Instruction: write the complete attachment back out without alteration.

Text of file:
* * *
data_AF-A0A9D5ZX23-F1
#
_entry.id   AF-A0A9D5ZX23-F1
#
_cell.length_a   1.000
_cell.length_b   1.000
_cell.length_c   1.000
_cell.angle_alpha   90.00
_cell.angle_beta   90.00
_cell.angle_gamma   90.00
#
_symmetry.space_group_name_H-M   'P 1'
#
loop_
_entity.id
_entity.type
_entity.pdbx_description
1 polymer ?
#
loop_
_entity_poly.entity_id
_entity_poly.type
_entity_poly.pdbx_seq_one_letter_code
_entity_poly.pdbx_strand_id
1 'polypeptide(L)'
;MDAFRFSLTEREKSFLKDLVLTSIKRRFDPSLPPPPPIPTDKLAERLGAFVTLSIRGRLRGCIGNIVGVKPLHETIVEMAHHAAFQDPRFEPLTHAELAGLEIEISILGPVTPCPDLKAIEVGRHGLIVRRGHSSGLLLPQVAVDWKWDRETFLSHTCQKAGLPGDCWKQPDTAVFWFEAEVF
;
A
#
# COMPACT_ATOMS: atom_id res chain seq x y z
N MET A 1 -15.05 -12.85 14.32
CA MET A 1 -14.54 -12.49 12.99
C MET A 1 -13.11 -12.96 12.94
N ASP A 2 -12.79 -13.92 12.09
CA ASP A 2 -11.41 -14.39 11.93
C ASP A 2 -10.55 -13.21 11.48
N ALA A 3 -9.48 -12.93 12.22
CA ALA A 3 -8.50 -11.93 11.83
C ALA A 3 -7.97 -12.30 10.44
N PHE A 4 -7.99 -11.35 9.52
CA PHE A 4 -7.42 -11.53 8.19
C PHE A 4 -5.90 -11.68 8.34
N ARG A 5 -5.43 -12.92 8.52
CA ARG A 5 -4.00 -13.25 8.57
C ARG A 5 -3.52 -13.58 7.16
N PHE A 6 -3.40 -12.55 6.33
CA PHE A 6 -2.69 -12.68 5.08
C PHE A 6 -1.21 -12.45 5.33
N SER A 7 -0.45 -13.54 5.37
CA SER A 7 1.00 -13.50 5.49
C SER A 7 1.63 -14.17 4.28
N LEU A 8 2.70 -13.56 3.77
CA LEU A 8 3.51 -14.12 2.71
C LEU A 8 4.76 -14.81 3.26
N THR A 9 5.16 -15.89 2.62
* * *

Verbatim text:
data_AF-A0A9D5ZX23-F1
#
_entry.id   AF-A0A9D5ZX23-F1
#
_cell.length_a   1.000
_cell.length_b   1.000
_cell.length_c   1.000
_cell.angle_alpha   90.00
_cell.angle_beta   90.00
_cell.angle_gamma   90.00
#
_symmetry.space_group_name_H-M   'P 1'
#
loop_
_entity.id
_entity.type
_entity.pdbx_description
1 polymer ?
#
loop_
_entity_poly.entity_id
_entity_poly.type
_entity_poly.pdbx_seq_one_letter_code
_entity_poly.pdbx_strand_id
1 'polypeptide(L)'
;MDAFRFSLTEREKSFLKDLVLTSIKRRFDPSLPPPPPIPTDKLAERLGAFVTLSIRGRLRGCIGNIVGVKPLHETIVEMAHHAAFQDPRFEPLTHAELAGLEIEISILGPVTPCPDLKAIEVGRHGLIVRRGHSSGLLLPQVAVDWKWDRETFLSHTCQKAGLPGDCWKQPDTAVFWFEAEVF
;
A
#
# COMPACT_ATOMS: atom_id res chain seq x y z
N MET A 1 -15.05 -12.85 14.32
CA MET A 1 -14.54 -12.49 12.99
C MET A 1 -13.11 -12.96 12.94
N ASP A 2 -12.79 -13.92 12.09
CA ASP A 2 -11.41 -14.39 11.93
C ASP A 2 -10.55 -13.21 11.48
N ALA A 3 -9.48 -12.93 12.22
CA ALA A 3 -8.50 -11.93 11.83
C ALA A 3 -7.97 -12.30 10.44
N PHE A 4 -7.99 -11.35 9.52
CA PHE A 4 -7.42 -11.53 8.19
C PHE A 4 -5.90 -11.68 8.34
N ARG A 5 -5.43 -12.92 8.52
CA ARG A 5 -4.00 -13.25 8.57
C ARG A 5 -3.52 -13.58 7.16
N PHE A 6 -3.40 -12.55 6.33
CA PHE A 6 -2.69 -12.68 5.08
C PHE A 6 -1.21 -12.45 5.33
N SER A 7 -0.45 -13.54 5.37
CA SER A 7 1.00 -13.50 5.49
C SER A 7 1.63 -14.17 4.28
N LEU A 8 2.70 -13.56 3.77
CA LEU A 8 3.51 -14.12 2.71
C LEU A 8 4.76 -14.81 3.26
N THR A 9 5.16 -15.89 2.62